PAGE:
Today’s Chocolate: Green & Black’s 85% Cacao Dark Chocolate
Today’s Passage: Hebrews 2
Angels. What are they? Where do they come from? What’s their deal? Today we are going to answer none of these questions, because the first two chapters of Hebrews don’t answer them either, except as they relate to humanity and Jesus Christ. Angels, for the author of Hebrews, are not that important in themselves. But understanding angels can shed some light on other important topics, so we and the author of Hebrews alike shall concern ourselves with them.
The word “angel” simply means “messenger.” In ancient Greek, it was used not only to describe spiritual messengers in service of the divine, but also ordinary human-beings. Matthew and Luke use the word to describe John the Baptist and his disciples (Matthew 11:10, Luke 7:24), and in a courtroom speech, the Greek orator Demosthenes uses it to characterize a stonecutter who brings him news that a man named Evergus stole Demosthenes’ furniture. Yeah, you came here to find out more about Demosthenes and his furniture, didn’t you?
But the key thing about a messenger is that he’s only significant as one who communicates on behalf of someone else. He’s got a message to deliver, and it’s not his own message; it comes from someone more important, someone higher up the ladder. The author of Hebrews keeps this fact in mind wherever he mentions angels in the first chapter, such as when he writes, “And when [God] again brings the firstborn into the world, He says, ‘And let all the angels of God worship Him'” (1:6). The author of Hebrews is discussing specifically spiritual angels, but the principle still applies: the angel is only as important as his message and is only important because of the importance of the messenger. Angels are secondary to the God who sends them–and, as the author of Hebrews argues, to the Son as well.
Moving into the second chapter, the author of Hebrews appears to believe that angels were responsible for the Hebrew scriptures as agents of revelation to their human authors. He asks, “For if the word spoken through angels proved unalterable, and every transgression and disobedience received a just penalty, how will we escape if we neglect so great a salvation?” (2:2-3). He states that God’s word was communicated definitively with angels as instruments of its communication. I don’t think this implies that every time David composed a psalm or Moses penned a line of the law, a shiny winged man showed up to dictate it to him. But it does suggest that spiritual agents had a hand in conveying God’s revelation to those who wrote it down.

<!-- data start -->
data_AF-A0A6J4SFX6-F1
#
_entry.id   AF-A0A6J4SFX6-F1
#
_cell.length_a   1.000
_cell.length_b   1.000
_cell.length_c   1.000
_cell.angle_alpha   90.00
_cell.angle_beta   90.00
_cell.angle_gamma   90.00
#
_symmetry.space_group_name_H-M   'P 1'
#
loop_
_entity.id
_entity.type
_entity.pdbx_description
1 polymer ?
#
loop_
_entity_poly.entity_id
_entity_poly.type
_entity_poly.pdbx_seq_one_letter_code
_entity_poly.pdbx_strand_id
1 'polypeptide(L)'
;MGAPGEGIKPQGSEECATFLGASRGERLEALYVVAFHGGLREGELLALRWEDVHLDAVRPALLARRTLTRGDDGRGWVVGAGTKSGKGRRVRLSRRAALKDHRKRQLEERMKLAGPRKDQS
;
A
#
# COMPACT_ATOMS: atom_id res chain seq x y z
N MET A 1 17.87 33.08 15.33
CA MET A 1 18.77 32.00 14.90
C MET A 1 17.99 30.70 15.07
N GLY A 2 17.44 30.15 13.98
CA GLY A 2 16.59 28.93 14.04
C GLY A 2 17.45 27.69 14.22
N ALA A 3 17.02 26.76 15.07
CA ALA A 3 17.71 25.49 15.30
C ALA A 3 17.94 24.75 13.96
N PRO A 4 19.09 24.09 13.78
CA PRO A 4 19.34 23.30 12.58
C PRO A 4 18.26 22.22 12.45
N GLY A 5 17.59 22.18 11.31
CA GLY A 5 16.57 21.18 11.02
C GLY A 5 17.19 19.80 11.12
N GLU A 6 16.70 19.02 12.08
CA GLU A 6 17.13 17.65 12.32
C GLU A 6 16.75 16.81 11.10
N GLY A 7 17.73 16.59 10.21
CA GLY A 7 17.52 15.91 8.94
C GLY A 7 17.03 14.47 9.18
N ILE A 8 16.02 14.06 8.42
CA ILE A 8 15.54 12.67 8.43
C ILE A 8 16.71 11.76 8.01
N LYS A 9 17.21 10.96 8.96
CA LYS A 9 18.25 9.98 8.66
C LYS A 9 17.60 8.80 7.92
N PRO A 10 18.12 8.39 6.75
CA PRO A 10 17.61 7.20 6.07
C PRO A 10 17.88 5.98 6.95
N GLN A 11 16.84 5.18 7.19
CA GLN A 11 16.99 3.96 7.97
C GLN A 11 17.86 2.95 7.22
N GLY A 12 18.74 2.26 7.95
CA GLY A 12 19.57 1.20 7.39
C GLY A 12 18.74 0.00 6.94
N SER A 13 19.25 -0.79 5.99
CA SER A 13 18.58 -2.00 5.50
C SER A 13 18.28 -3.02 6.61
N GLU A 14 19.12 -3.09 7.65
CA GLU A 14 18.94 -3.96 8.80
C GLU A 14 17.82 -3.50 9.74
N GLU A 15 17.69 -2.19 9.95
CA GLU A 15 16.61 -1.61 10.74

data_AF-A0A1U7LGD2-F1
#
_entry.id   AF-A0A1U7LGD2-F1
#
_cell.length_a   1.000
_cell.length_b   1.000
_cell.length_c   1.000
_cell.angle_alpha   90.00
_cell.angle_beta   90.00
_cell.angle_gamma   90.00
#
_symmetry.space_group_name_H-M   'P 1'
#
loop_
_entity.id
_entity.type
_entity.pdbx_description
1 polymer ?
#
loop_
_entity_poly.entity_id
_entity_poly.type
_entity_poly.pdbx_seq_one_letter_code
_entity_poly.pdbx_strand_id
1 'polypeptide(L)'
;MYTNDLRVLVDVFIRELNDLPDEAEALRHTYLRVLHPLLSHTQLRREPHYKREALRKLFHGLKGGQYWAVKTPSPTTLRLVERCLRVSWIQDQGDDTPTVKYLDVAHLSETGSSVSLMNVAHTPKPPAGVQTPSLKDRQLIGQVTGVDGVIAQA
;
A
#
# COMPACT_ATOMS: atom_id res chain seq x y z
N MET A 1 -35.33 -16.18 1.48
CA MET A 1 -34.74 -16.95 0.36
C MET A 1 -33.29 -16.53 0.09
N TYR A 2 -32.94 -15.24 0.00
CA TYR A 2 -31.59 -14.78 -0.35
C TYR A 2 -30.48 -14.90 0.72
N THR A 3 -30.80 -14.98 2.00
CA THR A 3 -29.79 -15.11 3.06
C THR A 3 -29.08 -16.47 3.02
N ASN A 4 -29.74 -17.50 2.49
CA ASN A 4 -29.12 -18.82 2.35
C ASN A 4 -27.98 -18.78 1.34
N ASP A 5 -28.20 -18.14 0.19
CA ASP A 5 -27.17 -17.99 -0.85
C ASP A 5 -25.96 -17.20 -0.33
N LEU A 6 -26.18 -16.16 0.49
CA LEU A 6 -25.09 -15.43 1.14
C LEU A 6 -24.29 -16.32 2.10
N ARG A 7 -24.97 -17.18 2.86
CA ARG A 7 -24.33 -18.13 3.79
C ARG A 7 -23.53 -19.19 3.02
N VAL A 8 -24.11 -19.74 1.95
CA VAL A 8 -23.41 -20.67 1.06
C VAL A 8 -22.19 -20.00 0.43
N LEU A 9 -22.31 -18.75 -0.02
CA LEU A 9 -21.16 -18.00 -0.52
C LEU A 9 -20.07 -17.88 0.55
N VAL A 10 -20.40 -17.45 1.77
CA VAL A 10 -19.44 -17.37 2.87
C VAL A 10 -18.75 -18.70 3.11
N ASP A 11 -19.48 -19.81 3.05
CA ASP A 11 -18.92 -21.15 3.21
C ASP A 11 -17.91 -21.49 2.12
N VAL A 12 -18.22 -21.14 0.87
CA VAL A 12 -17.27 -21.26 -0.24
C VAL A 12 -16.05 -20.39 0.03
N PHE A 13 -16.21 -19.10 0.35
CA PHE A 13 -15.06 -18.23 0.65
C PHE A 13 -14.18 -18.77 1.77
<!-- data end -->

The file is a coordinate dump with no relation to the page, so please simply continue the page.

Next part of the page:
God works through the historical process, whether the transcription of oral traditions, the recording of history, or the inspiration of poetry, and I wouldn’t be surprised to learn that he delegates communication of his message to supernatural servants. After all, he did so explicitly to announce Jesus’ birth (Luke 2:8-15). It’s possible that he inspired the Bible’s authors implicitly, through unseen messengers, as seems to be the view of the author of Hebrews.
So, angels serve God, and since Jesus is God the Son, they serve Jesus. But they also serve humanity. The author writes, “For He did not subject to angels the world to come” (2:5), then quotes from Psalm 8:4 and 8:6, saying, “What is man, that You remember him? …You have put all things in subjection under his feet” (2:6, 8). He maintains that Jesus Christ, in his death, was “made for a little while lower than the angels” (Hebrews 2:9, Psalm 8:5). He will share his inheritance of all creation with God’s sons and daughters, redeemed humanity. And God doesn’t come to the aid of angels; rather, he sends angels to aid us. Our Jewish epistolarian explains, “For assuredly He does not give help to angels, but He gives help to the descendant of Abraham” (2:16). Angels are messengers, not authorities; they serve God, and they serve us.
Angels are a means to an end. That end? God’s glory through our salvation. That’s their deal.